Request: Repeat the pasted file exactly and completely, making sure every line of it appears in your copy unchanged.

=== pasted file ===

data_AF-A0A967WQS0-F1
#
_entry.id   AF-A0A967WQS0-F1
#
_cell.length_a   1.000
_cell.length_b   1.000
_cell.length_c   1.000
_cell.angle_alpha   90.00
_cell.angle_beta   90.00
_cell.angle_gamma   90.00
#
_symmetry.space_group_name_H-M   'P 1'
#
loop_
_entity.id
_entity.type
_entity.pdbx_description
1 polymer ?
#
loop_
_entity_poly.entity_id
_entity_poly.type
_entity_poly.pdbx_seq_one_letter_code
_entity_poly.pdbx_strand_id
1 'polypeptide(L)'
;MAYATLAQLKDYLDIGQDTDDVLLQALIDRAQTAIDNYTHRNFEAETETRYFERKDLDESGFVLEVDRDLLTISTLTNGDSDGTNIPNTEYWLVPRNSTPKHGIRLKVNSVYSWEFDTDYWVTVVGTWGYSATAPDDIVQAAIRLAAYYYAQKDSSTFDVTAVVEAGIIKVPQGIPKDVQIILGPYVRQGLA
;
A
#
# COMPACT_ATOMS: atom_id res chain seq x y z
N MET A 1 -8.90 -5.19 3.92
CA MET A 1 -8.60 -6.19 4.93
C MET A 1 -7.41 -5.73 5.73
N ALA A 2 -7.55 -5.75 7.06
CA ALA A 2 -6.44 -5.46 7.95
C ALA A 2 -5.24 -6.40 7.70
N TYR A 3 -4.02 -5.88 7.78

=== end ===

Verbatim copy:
data_AF-A0A967WQS0-F1
#
_entry.id   AF-A0A967WQS0-F1
#
_cell.length_a   1.000
_cell.length_b   1.000
_cell.length_c   1.000
_cell.angle_alpha   90.00
_cell.angle_beta   90.00
_cell.angle_gamma   90.00
#
_symmetry.space_group_name_H-M   'P 1'
#
loop_
_entity.id
_entity.type
_entity.pdbx_description
1 polymer ?
#
loop_
_entity_poly.entity_id
_entity_poly.type
_entity_poly.pdbx_seq_one_letter_code
_entity_poly.pdbx_strand_id
1 'polypeptide(L)'
;MAYATLAQLKDYLDIGQDTDDVLLQALIDRAQTAIDNYTHRNFEAETETRYFERKDLDESGFVLEVDRDLLTISTLTNGDSDGTNIPNTEYWLVPRNSTPKHGIRLKVNSVYSWEFDTDYWVTVVGTWGYSATAPDDIVQAAIRLAAYYYAQKDSSTFDVTAVVEAGIIKVPQGIPKDVQIILGPYVRQGLA
;
A
#
# COMPACT_ATOMS: atom_id res chain seq x y z
N MET A 1 -8.90 -5.19 3.92
CA MET A 1 -8.60 -6.19 4.93
C MET A 1 -7.41 -5.73 5.73
N ALA A 2 -7.55 -5.75 7.06
CA ALA A 2 -6.44 -5.46 7.95
C ALA A 2 -5.24 -6.40 7.70
N TYR A 3 -4.02 -5.88 7.78